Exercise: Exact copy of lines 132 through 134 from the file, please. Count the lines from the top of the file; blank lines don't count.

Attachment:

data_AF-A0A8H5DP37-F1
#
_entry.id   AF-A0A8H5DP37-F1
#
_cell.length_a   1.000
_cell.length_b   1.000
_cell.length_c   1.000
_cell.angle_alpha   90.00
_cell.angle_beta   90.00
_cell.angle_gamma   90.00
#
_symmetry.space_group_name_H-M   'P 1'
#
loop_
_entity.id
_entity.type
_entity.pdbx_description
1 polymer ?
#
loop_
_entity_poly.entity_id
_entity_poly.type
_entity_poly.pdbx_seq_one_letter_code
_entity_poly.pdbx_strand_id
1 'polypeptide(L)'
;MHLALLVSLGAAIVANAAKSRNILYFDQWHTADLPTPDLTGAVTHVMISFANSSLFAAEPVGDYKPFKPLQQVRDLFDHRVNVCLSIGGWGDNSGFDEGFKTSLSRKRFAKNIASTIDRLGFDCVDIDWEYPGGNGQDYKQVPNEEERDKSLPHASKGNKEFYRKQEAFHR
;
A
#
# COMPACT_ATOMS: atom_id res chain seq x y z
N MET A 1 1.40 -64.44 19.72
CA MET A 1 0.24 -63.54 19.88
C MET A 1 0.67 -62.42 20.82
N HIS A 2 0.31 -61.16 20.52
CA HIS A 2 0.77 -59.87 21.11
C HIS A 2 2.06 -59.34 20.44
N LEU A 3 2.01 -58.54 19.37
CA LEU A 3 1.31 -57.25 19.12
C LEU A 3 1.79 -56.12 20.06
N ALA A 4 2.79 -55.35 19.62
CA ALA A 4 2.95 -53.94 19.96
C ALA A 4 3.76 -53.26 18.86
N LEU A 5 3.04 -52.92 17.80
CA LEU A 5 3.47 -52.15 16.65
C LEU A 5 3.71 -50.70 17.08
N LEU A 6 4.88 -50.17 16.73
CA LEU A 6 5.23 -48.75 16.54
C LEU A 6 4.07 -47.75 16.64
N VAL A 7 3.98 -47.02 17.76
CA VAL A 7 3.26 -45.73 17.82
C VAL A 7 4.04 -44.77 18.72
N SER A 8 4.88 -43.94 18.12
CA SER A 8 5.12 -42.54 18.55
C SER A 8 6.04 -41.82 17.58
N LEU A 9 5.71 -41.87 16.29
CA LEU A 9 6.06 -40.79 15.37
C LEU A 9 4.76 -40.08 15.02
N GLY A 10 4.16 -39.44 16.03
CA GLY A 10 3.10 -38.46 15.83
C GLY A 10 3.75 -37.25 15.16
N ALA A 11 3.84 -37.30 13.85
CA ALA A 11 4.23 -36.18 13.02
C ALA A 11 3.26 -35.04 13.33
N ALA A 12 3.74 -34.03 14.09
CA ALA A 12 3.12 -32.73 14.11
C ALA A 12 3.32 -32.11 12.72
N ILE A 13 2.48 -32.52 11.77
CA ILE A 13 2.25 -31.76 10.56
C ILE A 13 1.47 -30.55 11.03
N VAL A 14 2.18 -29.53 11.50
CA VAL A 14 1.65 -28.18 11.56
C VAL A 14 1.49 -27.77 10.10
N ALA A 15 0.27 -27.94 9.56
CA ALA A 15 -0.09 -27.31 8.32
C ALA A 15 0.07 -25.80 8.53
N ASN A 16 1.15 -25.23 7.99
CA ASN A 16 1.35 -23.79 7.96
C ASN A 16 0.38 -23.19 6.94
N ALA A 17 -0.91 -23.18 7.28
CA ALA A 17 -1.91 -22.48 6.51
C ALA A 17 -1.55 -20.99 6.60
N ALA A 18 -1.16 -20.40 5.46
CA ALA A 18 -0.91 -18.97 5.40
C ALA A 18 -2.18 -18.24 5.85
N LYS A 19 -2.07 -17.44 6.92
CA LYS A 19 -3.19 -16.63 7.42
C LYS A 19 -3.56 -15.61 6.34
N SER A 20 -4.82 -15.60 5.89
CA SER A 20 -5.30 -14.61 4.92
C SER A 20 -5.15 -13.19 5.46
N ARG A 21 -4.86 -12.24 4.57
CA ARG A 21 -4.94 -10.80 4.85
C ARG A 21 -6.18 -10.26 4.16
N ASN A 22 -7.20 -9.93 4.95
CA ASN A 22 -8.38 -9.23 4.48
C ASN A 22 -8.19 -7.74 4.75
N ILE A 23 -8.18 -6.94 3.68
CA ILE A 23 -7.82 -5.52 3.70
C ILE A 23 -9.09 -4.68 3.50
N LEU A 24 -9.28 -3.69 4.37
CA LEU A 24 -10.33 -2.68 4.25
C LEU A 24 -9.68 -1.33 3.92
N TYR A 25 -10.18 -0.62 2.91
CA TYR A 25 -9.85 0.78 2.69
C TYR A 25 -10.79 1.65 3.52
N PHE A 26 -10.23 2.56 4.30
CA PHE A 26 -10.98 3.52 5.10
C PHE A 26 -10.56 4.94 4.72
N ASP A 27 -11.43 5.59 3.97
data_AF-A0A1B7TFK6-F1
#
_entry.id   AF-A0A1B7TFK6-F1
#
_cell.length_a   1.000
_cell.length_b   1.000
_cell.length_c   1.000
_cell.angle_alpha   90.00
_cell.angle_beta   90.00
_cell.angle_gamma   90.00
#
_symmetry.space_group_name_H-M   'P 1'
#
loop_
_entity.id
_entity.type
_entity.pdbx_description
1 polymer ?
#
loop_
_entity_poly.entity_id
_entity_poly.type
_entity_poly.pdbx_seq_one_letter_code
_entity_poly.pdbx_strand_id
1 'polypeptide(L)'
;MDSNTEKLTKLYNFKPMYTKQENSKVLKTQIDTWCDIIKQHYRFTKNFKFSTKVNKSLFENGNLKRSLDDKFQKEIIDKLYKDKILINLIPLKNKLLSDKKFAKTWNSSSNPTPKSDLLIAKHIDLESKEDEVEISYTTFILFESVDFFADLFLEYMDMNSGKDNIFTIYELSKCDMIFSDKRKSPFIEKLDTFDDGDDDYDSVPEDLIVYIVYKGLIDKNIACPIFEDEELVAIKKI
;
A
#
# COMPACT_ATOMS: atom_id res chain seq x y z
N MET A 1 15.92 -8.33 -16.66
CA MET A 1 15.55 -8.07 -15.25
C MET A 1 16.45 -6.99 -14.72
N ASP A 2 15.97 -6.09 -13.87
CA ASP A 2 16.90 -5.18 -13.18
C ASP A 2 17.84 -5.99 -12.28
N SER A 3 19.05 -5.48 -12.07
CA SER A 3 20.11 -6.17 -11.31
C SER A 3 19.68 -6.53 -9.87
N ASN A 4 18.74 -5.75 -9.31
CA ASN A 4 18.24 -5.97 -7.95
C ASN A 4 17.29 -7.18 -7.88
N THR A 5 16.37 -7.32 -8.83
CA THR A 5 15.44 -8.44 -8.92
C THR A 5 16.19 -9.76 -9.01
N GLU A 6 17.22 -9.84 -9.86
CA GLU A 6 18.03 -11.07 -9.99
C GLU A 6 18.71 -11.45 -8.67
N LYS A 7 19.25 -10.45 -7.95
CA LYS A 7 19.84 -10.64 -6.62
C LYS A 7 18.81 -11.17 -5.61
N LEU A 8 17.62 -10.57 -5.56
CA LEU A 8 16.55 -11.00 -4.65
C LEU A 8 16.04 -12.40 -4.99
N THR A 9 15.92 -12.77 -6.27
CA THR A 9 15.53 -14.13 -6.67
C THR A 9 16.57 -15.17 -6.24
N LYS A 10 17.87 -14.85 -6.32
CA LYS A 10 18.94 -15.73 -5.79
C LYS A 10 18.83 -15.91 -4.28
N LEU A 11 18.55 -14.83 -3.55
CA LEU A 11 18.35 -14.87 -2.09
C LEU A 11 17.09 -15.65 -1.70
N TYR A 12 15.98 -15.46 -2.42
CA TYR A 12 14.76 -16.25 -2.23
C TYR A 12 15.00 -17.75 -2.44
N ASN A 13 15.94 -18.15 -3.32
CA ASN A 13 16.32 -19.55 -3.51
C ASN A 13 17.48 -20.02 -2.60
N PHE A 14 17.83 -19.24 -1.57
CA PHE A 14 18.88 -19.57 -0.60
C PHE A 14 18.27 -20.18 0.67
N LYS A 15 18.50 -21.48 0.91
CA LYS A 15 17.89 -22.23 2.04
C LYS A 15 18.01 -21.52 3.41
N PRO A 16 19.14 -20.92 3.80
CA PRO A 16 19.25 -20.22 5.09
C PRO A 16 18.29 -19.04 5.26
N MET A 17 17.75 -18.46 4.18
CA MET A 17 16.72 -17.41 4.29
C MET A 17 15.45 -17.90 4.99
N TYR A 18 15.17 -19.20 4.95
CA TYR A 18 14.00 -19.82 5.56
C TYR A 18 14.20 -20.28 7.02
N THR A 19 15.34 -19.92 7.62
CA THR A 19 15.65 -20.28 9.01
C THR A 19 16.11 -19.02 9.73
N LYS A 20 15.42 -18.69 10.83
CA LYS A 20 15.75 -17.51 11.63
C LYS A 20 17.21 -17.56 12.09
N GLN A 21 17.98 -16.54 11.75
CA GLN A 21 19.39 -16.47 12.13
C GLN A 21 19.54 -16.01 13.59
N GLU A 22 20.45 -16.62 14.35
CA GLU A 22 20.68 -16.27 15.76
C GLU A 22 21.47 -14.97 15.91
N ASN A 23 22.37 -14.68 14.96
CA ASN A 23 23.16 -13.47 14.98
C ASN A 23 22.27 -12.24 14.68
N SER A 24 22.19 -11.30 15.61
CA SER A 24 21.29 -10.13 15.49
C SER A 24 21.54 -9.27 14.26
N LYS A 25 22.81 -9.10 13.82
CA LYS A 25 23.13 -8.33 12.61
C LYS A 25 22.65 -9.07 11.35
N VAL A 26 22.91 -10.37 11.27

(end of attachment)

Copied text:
_entity_poly.pdbx_seq_one_letter_code
_entity_poly.pdbx_strand_id
1 'polypeptide(L)'